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Exposure to environmental microorganisms and childhood asthma

Ege, M. J. and Mayer, M. and Normand, A. C. and Genuneit, J. and Cookson Wocm, and Braun-Fahrländer C., and Heederik, D. and Piarroux, R. and von Mutius E., . (2011) Exposure to environmental microorganisms and childhood asthma. The New England journal of medicine, Vol. 364, H. 8. S. 701-709.

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Official URL: http://edoc.unibas.ch/dok/A6002196

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Abstract

BACKGROUND: Children who grow up in environments that afford them a wide range of microbial exposures, such as traditional farms, are protected from childhood asthma and atopy. In previous studies, markers of microbial exposure have been inversely related to these conditions. METHODS: In two cross-sectional studies, we compared children living on farms with those in a reference group with respect to the prevalence of asthma and atopy and to the diversity of microbial exposure. In one study--PARSIFAL (Prevention of Allergy-Risk Factors for Sensitization in Children Related to Farming and Anthroposophic Lifestyle)--samples of mattress dust were screened for bacterial DNA with the use of single-strand conformation polymorphism (SSCP) analyses to detect environmental bacteria that cannot be measured by means of culture techniques. In the other study--GABRIELA (Multidisciplinary Study to Identify the Genetic and Environmental Causes of Asthma in the European Community [GABRIEL] Advanced Study)--samples of settled dust from children's rooms were evaluated for bacterial and fungal taxa with the use of culture techniques. RESULTS: In both studies, children who lived on farms had lower prevalences of asthma and atopy and were exposed to a greater variety of environmental microorganisms than the children in the reference group. In turn, diversity of microbial exposure was inversely related to the risk of asthma (odds ratio for PARSIFAL, 0.62; 95% confidence interval [CI], 0.44 to 0.89; odds ratio for GABRIELA, 0.86; 95% CI, 0.75 to 0.99). In addition, the presence of certain more circumscribed exposures was also inversely related to the risk of asthma; this included exposure to species in the fungal taxon eurotium (adjusted odds ratio, 0.37; 95% CI, 0.18 to 0.76) and to a variety of bacterial species, including Listeria monocytogenes, bacillus species, corynebacterium species, and others (adjusted odds ratio, 0.57; 95% CI, 0.38 to 0.86). CONCLUSIONS: Children living on farms were exposed to a wider range of microbes than were children in the reference group, and this exposure explains a substantial fraction of the inverse relation between asthma and growing up on a farm. (Funded by the Deutsche Forschungsgemeinschaft and the European Commission.)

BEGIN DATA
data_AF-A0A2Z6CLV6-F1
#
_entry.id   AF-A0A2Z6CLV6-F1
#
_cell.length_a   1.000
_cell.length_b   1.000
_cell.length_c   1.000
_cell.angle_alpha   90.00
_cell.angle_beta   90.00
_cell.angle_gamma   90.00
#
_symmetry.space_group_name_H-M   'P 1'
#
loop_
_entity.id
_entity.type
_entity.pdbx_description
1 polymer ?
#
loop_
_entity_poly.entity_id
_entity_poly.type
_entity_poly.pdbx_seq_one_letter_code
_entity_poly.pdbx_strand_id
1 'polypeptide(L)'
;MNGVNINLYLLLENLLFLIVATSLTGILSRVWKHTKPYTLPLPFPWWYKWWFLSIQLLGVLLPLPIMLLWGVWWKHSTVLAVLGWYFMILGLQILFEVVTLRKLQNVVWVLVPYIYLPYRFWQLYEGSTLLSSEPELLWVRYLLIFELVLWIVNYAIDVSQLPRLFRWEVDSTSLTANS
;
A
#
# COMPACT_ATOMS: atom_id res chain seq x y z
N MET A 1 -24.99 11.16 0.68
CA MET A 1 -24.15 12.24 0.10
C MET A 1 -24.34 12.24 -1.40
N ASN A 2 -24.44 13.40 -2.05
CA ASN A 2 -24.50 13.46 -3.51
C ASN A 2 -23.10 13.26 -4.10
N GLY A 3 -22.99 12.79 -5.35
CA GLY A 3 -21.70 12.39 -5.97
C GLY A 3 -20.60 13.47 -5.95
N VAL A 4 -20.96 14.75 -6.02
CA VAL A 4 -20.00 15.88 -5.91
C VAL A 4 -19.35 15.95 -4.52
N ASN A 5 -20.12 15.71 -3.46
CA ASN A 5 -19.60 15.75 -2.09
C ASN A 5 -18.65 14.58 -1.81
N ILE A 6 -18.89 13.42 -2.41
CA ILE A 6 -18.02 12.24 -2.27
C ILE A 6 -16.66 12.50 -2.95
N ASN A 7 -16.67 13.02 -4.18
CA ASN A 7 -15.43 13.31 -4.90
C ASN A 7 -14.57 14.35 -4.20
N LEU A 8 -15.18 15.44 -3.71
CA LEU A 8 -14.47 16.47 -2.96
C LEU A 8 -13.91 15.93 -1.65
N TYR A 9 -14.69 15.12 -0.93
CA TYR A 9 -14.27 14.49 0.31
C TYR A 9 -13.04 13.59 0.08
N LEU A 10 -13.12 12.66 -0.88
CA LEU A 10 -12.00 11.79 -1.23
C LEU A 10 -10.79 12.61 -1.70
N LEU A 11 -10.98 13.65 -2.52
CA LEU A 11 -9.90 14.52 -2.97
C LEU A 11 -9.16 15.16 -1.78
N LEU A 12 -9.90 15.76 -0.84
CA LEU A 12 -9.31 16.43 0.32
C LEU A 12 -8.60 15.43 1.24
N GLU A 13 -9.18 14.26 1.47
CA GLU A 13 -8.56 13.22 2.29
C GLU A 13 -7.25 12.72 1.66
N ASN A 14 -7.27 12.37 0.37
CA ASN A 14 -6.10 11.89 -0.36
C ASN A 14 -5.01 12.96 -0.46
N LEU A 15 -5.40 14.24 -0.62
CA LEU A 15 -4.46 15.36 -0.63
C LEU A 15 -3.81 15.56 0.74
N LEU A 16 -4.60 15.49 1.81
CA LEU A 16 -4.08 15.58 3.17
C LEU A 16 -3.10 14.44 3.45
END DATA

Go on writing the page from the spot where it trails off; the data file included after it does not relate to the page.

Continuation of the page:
Faculties and Departments:03 Faculty of Medicine > Bereich Kinder- und Jugendheilkunde (Klinik) > Kinder- und Jugendheilkunde (UKBB) > Pädiatrie (Frey)
03 Faculty of Medicine > Departement Klinische Forschung > Bereich Kinder- und Jugendheilkunde (Klinik) > Kinder- und Jugendheilkunde (UKBB) > Pädiatrie (Frey)
03 Faculty of Medicine > Departement Public Health > Sozial- und Präventivmedizin
09 Associated Institutions > Swiss Tropical and Public Health Institute (Swiss TPH) > Department of Epidemiology and Public Health (EPH) > Environmental Exposures and Health > Physical Hazards and Health (Röösli)
UniBasel Contributors:Loss, Georg and Braun-Fahrländer, Charlotte and Frey, Urs Peter
Item Type:Article, refereed
Bibsysno:Link to catalogue
Publisher:Massachusetts Medical Society
ISSN:1533-4406
Note:Publication type according to Uni Basel Research Database: Journal article
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Last Modified:08 Nov 2012 16:22
Deposited On:08 Nov 2012 16:13

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